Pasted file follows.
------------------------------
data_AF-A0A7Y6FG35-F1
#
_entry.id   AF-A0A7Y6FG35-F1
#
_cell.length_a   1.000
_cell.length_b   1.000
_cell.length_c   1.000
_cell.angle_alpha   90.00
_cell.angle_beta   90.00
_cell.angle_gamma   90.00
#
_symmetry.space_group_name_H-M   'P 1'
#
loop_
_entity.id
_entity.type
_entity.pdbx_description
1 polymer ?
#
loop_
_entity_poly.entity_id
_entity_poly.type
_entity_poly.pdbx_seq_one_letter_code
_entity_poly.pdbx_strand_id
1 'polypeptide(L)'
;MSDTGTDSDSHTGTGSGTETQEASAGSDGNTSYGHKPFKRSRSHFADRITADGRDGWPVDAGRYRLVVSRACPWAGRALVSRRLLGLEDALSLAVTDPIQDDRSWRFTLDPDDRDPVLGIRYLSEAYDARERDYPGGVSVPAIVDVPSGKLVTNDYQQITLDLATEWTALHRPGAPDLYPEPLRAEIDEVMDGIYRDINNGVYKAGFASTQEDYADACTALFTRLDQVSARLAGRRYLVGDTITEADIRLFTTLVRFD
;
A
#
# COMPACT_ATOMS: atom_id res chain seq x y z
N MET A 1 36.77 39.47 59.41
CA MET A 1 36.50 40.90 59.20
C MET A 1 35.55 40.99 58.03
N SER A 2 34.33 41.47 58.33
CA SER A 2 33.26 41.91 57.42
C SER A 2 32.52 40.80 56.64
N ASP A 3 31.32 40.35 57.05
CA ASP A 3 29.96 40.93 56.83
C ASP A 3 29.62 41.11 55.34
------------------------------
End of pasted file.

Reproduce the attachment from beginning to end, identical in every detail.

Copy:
data_AF-A0A7Y6FG35-F1
#
_entry.id   AF-A0A7Y6FG35-F1
#
_cell.length_a   1.000
_cell.length_b   1.000
_cell.length_c   1.000
_cell.angle_alpha   90.00
_cell.angle_beta   90.00
_cell.angle_gamma   90.00
#
_symmetry.space_group_name_H-M   'P 1'
#
loop_
_entity.id
_entity.type
_entity.pdbx_description
1 polymer ?
#
loop_
_entity_poly.entity_id
_entity_poly.type
_entity_poly.pdbx_seq_one_letter_code
_entity_poly.pdbx_strand_id
1 'polypeptide(L)'
;MSDTGTDSDSHTGTGSGTETQEASAGSDGNTSYGHKPFKRSRSHFADRITADGRDGWPVDAGRYRLVVSRACPWAGRALVSRRLLGLEDALSLAVTDPIQDDRSWRFTLDPDDRDPVLGIRYLSEAYDARERDYPGGVSVPAIVDVPSGKLVTNDYQQITLDLATEWTALHRPGAPDLYPEPLRAEIDEVMDGIYRDINNGVYKAGFASTQEDYADACTALFTRLDQVSARLAGRRYLVGDTITEADIRLFTTLVRFD
;
A
#
# COMPACT_ATOMS: atom_id res chain seq x y z
N MET A 1 36.77 39.47 59.41
CA MET A 1 36.50 40.90 59.20
C MET A 1 35.55 40.99 58.03
N SER A 2 34.33 41.47 58.33
CA SER A 2 33.26 41.91 57.42
C SER A 2 32.52 40.80 56.64
N ASP A 3 31.32 40.35 57.05
CA ASP A 3 29.96 40.93 56.83
C ASP A 3 29.62 41.11 55.34